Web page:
The funny paper that dumps the Atlantic Meridional Oscillation (AMO) is so unconvincing it had to be published twice.
It’s been called a tectonic shift in climate science resulting in the junking of thousands of peer-reviewed climate research papers. It’s also been held up as a prime example of why peer-review of some aspects of climate science is broken. Strange that you might not have noticed. It was published in a major journal last week. There was also a press release.
It’s a paper whose prime author is Michael Mann of Penn State University. Its main conclusion is that there is no internal variability in the Earth’s climate system, at least not in the past thousand years. All variability is down to just two things, greenhouse gas forcing and aerosols from volcanoes. Nothing else is needed confirm computer models.
The main target of the paper is the Atlantic Meridional Oscillation or AMO (Mann coined the term but didn’t discover the effect), a periodic surface temperature cycle of the North Atlantic. It was shown to be an artefact, not real, the authors claimed.
The AMO met its nemesis via a computer model, a useful tool but which is often regarded as superior to reality. This is the case even when the models are so complicated they need the latest supercomputers and provide a range of outputs for a given set of input parameters.
Mann and company find variations in AMO data, specifically a 50–70-year spectral peak seen in an analysis of 27 proxy records dating back to 1400, although other studies have yielded differing results. Comparing them to a volcanic activity dataset the authors conclude that the AMO isn’t natural but is an artefact due to a combination of greenhouse gas forcing and cooling due to sulphate particles given off by volcanoes. Considering the last millennium, they say, the multi-decadal variations are due to pulses of volcanic activity. They also add that there is additional evidence for this conclusion because in the climate models there are no multi-decadal variations. That’s it then. QED.
Writing in her blog Judith Curry is unimpressed. “Wow. In one fell swoop, the pesky problems of the ‘grand hiatus’ in the mid 20th century, debates over the attribution of 20th century warming and the role of multidecadal internal variability, and the difficulty of attributing the recent increase in Atlantic hurricane activity to AGW, all go away. Brilliant! Almost as ‘brilliant’ as the Hockey Stick.”
She goes on to say, “Relying on global climate models, which don’t adequately simulate the multi-decadal internal variability, to ‘prove’ that such multi-decadal internal variability doesn’t exist, is circular reasoning (at best). How does this stuff get published in a journal like Science? Peer review is sooooo broken.”
Substantial discussion and disagreement
In fact, the research that dumps the AMO is so unconvincing it had to be published twice. As well as coming out in last week’s edition of Science, essentially the same findings were published in Nature Communications in January 2020. Michael Mann’s university even issued a press release about it then.
In the Nature Communications paper, the researchers say that if the AMO and the PDO (Pacific Decadal Oscillation) existed we would see them in our current simulations “given the current sophistication of climate models.” QED, again.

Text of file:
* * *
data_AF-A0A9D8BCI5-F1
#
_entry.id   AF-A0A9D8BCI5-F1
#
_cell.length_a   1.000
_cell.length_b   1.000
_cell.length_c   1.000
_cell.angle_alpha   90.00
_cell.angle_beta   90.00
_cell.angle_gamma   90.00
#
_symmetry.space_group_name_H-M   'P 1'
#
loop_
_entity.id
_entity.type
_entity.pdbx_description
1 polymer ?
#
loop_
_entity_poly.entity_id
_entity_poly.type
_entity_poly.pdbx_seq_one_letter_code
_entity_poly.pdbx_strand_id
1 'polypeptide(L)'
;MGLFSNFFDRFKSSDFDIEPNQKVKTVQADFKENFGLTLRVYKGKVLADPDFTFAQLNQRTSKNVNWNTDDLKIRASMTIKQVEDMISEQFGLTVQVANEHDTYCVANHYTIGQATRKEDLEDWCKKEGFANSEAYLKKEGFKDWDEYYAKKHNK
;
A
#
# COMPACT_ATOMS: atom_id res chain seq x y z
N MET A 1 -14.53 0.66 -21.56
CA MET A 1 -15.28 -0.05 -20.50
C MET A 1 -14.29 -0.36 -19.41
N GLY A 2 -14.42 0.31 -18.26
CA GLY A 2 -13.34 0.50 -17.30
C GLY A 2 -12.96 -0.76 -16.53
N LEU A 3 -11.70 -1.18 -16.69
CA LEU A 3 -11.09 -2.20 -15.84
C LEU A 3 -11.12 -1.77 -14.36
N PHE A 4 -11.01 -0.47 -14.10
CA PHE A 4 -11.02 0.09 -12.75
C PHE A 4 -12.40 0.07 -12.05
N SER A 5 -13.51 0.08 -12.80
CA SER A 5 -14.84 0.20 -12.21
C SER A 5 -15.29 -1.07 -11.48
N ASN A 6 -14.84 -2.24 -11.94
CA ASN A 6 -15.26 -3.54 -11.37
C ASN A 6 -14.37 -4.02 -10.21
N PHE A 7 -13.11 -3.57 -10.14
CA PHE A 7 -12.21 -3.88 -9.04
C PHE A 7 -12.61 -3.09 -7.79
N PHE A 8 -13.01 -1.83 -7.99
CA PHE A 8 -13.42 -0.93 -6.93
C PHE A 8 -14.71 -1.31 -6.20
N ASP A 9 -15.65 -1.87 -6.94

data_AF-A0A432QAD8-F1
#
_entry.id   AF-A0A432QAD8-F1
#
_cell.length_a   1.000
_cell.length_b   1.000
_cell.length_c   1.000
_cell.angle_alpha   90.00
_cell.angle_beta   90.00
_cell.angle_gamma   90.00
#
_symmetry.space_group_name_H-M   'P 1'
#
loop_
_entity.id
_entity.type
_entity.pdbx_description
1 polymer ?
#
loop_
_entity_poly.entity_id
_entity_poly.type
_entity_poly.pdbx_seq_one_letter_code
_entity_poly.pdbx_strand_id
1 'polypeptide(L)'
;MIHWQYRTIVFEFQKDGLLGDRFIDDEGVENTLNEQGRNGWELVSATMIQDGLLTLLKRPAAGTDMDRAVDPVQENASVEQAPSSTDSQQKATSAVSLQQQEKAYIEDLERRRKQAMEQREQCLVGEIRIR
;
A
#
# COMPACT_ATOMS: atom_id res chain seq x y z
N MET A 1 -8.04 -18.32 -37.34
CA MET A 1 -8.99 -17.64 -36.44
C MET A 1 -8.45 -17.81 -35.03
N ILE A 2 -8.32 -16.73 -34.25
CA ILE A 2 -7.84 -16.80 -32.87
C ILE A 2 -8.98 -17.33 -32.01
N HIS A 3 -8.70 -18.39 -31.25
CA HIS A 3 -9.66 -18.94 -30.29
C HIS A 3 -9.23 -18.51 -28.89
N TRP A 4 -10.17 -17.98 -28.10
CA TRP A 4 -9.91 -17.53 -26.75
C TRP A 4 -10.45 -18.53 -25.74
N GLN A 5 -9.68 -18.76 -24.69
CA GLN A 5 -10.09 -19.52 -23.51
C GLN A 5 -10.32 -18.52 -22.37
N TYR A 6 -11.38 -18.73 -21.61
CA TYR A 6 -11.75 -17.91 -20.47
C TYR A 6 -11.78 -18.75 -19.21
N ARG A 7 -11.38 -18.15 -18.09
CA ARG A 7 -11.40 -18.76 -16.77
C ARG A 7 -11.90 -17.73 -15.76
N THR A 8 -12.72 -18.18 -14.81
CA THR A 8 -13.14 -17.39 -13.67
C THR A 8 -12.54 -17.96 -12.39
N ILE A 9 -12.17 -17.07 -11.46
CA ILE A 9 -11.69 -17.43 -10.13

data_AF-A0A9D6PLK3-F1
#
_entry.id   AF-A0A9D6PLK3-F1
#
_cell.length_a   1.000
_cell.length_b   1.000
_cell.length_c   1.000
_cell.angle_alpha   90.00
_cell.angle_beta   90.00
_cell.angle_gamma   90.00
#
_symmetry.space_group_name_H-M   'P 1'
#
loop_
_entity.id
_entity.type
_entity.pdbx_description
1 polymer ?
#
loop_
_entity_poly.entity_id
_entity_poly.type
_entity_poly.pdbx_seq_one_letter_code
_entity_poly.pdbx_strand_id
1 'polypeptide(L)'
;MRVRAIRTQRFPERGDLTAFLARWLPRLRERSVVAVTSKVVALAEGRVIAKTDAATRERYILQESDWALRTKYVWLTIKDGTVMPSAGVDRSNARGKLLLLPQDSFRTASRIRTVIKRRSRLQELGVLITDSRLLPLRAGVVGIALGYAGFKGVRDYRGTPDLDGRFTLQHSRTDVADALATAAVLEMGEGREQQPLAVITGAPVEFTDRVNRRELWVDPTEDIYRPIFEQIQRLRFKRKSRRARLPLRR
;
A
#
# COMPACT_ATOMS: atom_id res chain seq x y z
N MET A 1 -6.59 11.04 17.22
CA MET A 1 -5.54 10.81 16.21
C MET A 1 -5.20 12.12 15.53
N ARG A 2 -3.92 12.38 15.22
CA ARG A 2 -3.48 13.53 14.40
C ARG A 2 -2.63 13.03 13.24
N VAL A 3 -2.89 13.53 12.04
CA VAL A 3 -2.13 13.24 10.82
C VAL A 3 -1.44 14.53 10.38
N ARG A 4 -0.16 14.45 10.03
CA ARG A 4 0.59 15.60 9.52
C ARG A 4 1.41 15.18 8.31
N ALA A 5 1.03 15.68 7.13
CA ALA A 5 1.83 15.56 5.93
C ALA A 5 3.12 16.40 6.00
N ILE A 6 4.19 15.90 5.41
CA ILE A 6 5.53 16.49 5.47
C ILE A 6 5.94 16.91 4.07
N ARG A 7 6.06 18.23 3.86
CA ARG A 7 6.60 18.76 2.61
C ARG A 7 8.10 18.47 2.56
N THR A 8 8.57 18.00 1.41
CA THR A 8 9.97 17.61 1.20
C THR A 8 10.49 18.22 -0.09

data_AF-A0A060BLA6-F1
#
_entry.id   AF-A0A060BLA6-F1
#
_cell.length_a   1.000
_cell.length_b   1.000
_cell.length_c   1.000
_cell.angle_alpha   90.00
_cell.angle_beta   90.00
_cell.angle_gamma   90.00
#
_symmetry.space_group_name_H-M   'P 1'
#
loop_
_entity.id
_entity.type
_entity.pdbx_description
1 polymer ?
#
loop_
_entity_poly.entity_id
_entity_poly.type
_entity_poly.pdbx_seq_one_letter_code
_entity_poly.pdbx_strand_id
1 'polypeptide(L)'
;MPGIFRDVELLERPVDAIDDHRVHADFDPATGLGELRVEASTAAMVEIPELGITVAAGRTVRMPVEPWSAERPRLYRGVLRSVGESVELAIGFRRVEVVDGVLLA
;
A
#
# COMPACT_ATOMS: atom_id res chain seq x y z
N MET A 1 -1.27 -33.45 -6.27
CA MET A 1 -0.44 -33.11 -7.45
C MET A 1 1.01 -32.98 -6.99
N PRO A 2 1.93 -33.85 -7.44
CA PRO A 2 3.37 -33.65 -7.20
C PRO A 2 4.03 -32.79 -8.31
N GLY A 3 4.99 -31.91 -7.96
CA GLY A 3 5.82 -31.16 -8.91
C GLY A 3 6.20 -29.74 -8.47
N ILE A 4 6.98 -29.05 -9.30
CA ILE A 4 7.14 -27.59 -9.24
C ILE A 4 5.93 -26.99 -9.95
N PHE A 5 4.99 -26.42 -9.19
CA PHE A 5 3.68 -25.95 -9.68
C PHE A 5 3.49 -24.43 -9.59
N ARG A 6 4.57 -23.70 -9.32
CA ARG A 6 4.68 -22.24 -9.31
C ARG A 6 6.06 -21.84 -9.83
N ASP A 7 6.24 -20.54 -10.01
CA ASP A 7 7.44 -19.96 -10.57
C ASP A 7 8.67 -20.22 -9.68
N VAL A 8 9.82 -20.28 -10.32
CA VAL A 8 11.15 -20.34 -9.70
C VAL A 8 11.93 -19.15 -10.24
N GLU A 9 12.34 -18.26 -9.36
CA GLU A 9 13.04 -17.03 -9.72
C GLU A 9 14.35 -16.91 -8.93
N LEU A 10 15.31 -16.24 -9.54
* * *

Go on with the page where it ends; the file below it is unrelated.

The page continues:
The Nature Communications paper was originally submitted in July 2019 (it had previously been submitted to another journal) and one Nature reviewer was lukewarm about its merits wondering if Nature Comms was the right place for it (“certainly interesting enough for a more specialised than Nature Communications.”) It was remarked that the computer models referred to were not good enough to be used to make definitive statements about the reality or otherwise of narrow-band natural multi-decadal or interdecadal variability.
This was pointed out by Kravtsov et al. (2018), who concluded that: “While climate models exhibit various levels of decadal climate variability and some regional similarities to observations, none of the model simulations considered match the observed signal in terms of its magnitude, spatial patterns and their sequential time development. These results highlight a substantial degree of uncertainty in our interpretation of the observed climate change using current generation of climate models.”
Judith Curry emphasises this point, “There is substantial discussion and disagreement in the climate dynamics community on this topic, which isn’t surprising given the apparent complex interactions between ocean circulations and the AMO, weather and interannual climate variability, and external forcing from the sun and volcanoes.” The paper had its supporters, and it did get through.
“In closing,” says Curry, “Mann’s quest to cancel the Medieval Warm Period and now the AMO, in the interests of showing that recent warming is 100% anthropogenic, is not at all convincing to scientists who understand anything about climate dynamics and global climate models.”
There is another way of looking a Mann’s findings. Roger Pielke Jnr remarked, “Maybe it’s just me, but it would seem that it should be much bigger news that 15,000+ peer-reviewed climate research papers published since 2000 are based on a non-existent phenomenon and are thus now discredited. “
Among them would be a recent paper by two Harvard University scientists.
They want to explain why sea surface temperatures were higher during World War 2, a longstanding topic of debate. They conclude that better corrections are needed for the way the temperature was measured using the intake of water from ships. They find a solution that accounts for the increase. Interesting then that both ways that account for the World War 2 ocean anomaly. Two examples of observational bias.